Sinonimi: acid precipitation
Rain containing acids that form in the atmosphere when industrial gas emissions combine with water; SYN. acid precipitation.
Acidic precipitation thought to be caused principally by the release into the atmosphere of sulfur dioxide (SO2) and oxides of nitrogen. Sulfur dioxide is formed by the burning of fossil fuels, such as coal, that contain high quantities of sulfur; nitrogen oxides are contributed from various industrial activities and from automobile exhaust fumes.
Acid deposition occurs not only as wet precipitation (mist, snow, or rain), but also comes out of the atmosphere as dry particles or is absorbed directly by lakes, plants, and masonry as gases. Acidic gases can travel over 500 km a day so acid rain can be considered an example of transboundary pollution.
Acid rain is linked with damage to and the death of forests and lake organisms in Scandinavia, Europe, and eastern North America. It also results in damage to buildings and statues. US and European power stations that burn fossil fuels release some 8 g/0.3 oz of sulfur dioxide and 3 g/0.1 oz of nitrogen oxides per kilowatt-hour. According to the UK Department of the Environment figures, emissions of sulfur dioxide from power stations would have to be decreased by 81% in order to arrest damage.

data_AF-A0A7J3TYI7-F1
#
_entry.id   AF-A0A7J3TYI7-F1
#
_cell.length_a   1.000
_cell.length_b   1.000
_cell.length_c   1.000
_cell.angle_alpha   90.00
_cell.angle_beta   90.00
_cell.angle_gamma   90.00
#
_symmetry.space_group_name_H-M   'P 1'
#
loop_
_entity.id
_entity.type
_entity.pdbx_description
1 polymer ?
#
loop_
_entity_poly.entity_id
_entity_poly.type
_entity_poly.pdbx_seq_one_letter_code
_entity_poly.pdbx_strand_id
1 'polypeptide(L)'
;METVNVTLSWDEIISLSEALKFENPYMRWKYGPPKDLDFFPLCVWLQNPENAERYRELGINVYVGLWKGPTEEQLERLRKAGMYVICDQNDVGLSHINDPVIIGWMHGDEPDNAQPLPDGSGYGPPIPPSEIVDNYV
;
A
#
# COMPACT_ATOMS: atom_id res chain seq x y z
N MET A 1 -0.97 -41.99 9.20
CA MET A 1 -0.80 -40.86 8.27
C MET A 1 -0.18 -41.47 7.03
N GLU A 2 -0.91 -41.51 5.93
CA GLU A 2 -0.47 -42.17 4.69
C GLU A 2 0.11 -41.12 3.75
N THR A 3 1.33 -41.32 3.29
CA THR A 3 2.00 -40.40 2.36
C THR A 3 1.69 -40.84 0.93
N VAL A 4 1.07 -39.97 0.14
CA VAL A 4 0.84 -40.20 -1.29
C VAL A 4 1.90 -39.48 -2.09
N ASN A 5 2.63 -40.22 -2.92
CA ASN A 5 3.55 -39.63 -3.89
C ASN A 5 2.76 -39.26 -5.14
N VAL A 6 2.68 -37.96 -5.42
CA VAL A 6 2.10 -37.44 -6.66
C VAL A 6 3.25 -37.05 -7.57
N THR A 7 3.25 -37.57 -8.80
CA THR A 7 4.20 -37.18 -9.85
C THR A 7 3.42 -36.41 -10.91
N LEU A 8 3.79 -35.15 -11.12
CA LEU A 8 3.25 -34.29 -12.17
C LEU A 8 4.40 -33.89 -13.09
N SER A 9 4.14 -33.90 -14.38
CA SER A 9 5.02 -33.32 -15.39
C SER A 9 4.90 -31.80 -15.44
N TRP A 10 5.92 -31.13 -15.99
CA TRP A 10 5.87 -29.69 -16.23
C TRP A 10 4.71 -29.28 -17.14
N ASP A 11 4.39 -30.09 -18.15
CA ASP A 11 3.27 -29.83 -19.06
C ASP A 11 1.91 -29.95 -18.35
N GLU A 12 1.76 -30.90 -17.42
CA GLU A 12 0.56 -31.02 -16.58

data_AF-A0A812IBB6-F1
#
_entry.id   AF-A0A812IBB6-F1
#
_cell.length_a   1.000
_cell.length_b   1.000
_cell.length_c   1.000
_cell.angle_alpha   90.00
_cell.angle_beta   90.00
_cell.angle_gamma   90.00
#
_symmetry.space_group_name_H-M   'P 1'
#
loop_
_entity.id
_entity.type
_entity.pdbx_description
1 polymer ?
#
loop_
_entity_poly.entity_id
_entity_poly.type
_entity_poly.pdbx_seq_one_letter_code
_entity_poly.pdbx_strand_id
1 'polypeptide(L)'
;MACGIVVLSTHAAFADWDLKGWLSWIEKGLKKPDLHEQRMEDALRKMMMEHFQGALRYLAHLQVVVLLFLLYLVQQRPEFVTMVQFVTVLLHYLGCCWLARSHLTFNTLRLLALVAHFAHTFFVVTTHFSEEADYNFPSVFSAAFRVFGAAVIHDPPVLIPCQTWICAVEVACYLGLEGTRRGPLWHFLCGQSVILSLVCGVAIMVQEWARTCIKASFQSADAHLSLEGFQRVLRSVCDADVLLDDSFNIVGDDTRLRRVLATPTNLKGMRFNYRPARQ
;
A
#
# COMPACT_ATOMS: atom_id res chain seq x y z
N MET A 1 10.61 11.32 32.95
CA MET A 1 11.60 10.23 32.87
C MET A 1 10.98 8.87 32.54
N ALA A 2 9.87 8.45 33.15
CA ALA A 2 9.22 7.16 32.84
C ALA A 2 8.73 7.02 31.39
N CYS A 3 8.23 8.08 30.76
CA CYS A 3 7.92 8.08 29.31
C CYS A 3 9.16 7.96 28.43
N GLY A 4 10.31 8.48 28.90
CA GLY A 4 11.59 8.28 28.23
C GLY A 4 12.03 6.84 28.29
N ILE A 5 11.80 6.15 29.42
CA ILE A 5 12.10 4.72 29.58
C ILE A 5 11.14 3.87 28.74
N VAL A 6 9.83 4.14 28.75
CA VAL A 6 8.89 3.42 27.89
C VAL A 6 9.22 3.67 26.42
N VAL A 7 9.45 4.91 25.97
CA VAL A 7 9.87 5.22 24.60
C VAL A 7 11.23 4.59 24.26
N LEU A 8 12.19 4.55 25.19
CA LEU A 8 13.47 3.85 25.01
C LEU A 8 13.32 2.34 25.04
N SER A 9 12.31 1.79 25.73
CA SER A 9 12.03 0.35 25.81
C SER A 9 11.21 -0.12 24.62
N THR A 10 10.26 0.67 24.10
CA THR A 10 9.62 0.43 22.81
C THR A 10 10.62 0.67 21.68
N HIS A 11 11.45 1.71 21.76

The main effect of acid rain is to damage the chemical balance of soil, causing leaching of important minerals including magnesium and aluminum. Plants living in such soils, particularly conifers, suffer from mineral loss and become more prone to infection. The minerals from the soil pass into lakes and rivers, disturbing aquatic life, for instance, by damaging the gills of young fish. Lakes and rivers suffer more direct damage as well because they become acidified by rainfall draining directly from their catchment.